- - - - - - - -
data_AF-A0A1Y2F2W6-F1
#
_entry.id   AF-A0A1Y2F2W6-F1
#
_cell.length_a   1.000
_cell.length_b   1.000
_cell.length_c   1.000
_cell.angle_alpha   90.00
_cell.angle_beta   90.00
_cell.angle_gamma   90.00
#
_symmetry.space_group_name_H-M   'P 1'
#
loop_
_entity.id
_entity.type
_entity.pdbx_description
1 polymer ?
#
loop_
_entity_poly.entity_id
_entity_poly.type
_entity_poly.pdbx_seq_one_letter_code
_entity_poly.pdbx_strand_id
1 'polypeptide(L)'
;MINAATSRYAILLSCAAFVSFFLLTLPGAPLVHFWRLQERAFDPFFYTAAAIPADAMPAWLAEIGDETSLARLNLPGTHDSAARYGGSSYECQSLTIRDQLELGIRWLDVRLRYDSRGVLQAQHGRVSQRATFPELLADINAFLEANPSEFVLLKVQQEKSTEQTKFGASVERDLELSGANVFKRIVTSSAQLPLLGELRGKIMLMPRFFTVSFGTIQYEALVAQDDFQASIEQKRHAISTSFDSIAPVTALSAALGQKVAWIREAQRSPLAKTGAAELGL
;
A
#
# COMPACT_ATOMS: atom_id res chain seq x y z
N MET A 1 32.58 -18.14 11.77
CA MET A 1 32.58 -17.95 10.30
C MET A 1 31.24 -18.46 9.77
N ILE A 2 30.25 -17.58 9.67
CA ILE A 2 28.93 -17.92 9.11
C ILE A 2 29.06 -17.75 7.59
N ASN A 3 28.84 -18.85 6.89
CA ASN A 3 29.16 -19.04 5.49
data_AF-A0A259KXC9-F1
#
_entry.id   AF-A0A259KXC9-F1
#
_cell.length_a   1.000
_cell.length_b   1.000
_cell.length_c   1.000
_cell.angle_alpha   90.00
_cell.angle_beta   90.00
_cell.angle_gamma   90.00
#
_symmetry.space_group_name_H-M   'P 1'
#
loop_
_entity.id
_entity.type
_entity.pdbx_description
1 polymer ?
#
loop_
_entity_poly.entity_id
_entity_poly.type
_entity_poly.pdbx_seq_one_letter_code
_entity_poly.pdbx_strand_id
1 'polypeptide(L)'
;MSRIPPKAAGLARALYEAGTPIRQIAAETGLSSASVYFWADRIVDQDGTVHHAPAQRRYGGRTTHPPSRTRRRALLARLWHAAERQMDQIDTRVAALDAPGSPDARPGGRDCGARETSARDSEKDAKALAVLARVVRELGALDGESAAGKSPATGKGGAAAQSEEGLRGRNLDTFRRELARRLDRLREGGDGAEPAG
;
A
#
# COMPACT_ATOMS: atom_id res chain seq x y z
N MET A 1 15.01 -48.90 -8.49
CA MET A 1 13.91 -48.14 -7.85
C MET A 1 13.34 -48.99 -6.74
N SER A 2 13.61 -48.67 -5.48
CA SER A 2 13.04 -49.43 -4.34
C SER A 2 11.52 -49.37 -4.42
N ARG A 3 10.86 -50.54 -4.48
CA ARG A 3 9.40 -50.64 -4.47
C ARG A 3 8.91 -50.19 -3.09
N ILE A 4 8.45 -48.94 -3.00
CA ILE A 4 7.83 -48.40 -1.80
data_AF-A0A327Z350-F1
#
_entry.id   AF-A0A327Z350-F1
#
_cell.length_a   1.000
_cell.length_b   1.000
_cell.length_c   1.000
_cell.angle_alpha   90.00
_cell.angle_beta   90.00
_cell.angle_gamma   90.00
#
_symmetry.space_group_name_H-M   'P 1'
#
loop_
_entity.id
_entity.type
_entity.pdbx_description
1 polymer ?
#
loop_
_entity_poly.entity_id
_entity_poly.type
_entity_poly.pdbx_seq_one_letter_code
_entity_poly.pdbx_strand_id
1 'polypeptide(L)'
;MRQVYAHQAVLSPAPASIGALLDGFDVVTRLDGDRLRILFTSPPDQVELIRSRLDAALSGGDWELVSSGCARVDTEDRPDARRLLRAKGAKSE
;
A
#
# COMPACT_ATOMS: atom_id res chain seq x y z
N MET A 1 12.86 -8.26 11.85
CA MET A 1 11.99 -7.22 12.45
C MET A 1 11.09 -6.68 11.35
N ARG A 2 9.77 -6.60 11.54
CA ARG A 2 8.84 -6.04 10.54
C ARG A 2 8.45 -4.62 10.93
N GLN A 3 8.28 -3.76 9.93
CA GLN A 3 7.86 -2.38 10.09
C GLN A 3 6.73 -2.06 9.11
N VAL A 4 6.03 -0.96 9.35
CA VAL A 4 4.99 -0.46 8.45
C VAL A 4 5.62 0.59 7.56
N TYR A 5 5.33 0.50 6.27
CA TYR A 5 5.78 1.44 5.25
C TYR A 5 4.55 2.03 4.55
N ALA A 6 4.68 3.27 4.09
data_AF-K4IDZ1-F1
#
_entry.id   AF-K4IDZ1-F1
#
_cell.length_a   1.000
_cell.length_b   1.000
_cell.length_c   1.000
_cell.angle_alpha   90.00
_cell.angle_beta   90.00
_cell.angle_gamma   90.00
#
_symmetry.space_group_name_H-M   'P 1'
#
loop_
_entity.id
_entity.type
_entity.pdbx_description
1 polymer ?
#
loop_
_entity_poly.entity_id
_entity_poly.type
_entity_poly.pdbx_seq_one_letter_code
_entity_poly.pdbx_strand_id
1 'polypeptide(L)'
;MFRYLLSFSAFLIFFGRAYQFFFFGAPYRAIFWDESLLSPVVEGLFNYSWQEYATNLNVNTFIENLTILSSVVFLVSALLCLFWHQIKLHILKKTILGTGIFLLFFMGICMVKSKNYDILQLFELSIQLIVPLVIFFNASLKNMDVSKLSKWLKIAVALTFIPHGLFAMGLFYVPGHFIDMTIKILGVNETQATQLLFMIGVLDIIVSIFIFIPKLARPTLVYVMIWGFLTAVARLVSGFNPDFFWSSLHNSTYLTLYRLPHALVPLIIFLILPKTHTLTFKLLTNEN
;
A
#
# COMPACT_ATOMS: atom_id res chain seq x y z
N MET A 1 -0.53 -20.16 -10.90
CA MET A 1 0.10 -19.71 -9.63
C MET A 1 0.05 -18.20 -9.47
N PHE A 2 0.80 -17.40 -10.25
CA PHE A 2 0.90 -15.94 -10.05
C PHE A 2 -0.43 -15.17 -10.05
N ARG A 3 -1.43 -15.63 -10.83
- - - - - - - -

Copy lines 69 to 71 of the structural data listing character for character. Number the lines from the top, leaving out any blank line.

N MET A 1 15.01 -48.90 -8.49
CA MET A 1 13.91 -48.14 -7.85
C MET A 1 13.34 -48.99 -6.74